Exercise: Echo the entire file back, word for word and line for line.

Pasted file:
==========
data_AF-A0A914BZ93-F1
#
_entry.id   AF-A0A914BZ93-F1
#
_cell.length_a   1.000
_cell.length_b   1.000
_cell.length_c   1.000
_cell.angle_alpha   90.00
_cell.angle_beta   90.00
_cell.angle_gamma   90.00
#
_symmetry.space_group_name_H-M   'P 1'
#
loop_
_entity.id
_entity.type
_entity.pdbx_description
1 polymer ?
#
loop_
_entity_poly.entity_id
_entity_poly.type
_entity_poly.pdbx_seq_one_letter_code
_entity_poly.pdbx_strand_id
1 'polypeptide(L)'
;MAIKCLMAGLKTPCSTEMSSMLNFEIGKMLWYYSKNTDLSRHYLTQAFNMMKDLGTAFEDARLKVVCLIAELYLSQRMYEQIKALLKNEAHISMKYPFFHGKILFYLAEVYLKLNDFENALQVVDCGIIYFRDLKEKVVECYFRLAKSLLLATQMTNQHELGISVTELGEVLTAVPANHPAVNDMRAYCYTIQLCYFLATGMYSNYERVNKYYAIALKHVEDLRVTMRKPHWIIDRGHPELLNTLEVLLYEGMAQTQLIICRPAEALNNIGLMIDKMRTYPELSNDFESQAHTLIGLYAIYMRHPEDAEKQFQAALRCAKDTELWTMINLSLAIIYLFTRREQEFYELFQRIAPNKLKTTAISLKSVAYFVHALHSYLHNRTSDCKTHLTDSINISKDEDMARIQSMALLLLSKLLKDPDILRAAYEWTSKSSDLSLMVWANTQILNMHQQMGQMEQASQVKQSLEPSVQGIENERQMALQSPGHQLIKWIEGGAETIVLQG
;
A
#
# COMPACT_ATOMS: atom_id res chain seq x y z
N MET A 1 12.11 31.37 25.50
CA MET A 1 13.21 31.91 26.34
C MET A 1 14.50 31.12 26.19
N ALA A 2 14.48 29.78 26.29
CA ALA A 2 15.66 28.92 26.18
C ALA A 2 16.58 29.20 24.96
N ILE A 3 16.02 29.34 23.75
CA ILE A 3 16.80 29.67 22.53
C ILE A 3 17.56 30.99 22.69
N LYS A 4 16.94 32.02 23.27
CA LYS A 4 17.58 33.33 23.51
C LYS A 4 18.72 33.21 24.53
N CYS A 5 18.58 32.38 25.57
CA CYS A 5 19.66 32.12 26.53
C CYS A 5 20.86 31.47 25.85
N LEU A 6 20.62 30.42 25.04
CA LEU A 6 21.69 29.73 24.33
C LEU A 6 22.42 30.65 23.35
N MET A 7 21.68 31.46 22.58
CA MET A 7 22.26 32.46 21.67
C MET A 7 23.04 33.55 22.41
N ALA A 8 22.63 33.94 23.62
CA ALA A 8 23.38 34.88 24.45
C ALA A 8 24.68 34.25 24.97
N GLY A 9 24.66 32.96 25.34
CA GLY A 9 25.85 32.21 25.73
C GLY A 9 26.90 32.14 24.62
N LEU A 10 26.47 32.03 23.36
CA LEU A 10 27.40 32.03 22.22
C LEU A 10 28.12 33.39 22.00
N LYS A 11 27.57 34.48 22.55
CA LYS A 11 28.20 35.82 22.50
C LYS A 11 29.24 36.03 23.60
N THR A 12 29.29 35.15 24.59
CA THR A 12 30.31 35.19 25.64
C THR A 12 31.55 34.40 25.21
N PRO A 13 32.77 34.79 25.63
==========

data_AF-A0A914BZ93-F1
#
_entry.id   AF-A0A914BZ93-F1
#
_cell.length_a   1.000
_cell.length_b   1.000
_cell.length_c   1.000
_cell.angle_alpha   90.00
_cell.angle_beta   90.00
_cell.angle_gamma   90.00
#
_symmetry.space_group_name_H-M   'P 1'
#
loop_
_entity.id
_entity.type
_entity.pdbx_description
1 polymer ?
#
loop_
_entity_poly.entity_id
_entity_poly.type
_entity_poly.pdbx_seq_one_letter_code
_entity_poly.pdbx_strand_id
1 'polypeptide(L)'
;MAIKCLMAGLKTPCSTEMSSMLNFEIGKMLWYYSKNTDLSRHYLTQAFNMMKDLGTAFEDARLKVVCLIAELYLSQRMYEQIKALLKNEAHISMKYPFFHGKILFYLAEVYLKLNDFENALQVVDCGIIYFRDLKEKVVECYFRLAKSLLLATQMTNQHELGISVTELGEVLTAVPANHPAVNDMRAYCYTIQLCYFLATGMYSNYERVNKYYAIALKHVEDLRVTMRKPHWIIDRGHPELLNTLEVLLYEGMAQTQLIICRPAEALNNIGLMIDKMRTYPELSNDFESQAHTLIGLYAIYMRHPEDAEKQFQAALRCAKDTELWTMINLSLAIIYLFTRREQEFYELFQRIAPNKLKTTAISLKSVAYFVHALHSYLHNRTSDCKTHLTDSINISKDEDMARIQSMALLLLSKLLKDPDILRAAYEWTSKSSDLSLMVWANTQILNMHQQMGQMEQASQVKQSLEPSVQGIENERQMALQSPGHQLIKWIEGGAETIVLQG
;
A
#
# COMPACT_ATOMS: atom_id res chain seq x y z
N MET A 1 12.11 31.37 25.50
CA MET A 1 13.21 31.91 26.34
C MET A 1 14.50 31.12 26.19
N ALA A 2 14.48 29.78 26.29
CA ALA A 2 15.66 28.92 26.18
C ALA A 2 16.58 29.20 24.96
N ILE A 3 16.02 29.34 23.75
CA ILE A 3 16.80 29.67 22.53
C ILE A 3 17.56 30.99 22.69
N LYS A 4 16.94 32.02 23.27
CA LYS A 4 17.58 33.33 23.51
C LYS A 4 18.72 33.21 24.53
N CYS A 5 18.58 32.38 25.57
CA CYS A 5 19.66 32.12 26.53
C CYS A 5 20.86 31.47 25.85
N LEU A 6 20.62 30.42 25.04
CA LEU A 6 21.69 29.73 24.33
C LEU A 6 22.42 30.65 23.35
N MET A 7 21.68 31.46 22.58
CA MET A 7 22.26 32.46 21.67
C MET A 7 23.04 33.55 22.41
N ALA A 8 22.63 33.94 23.62
CA ALA A 8 23.38 34.88 24.45
C ALA A 8 24.68 34.25 24.97
N GLY A 9 24.66 32.96 25.34
CA GLY A 9 25.85 32.21 25.73
C GLY A 9 26.90 32.14 24.62
N LEU A 10 26.47 32.03 23.36
CA LEU A 10 27.40 32.03 22.22
C LEU A 10 28.12 33.39 22.00
N LYS A 11 27.57 34.48 22.55
CA LYS A 11 28.20 35.82 22.50
C LYS A 11 29.24 36.03 23.60
N THR A 12 29.29 35.15 24.59
CA THR A 12 30.31 35.19 25.64
C THR A 12 31.55 34.40 25.21
N PRO A 13 32.77 34.79 25.63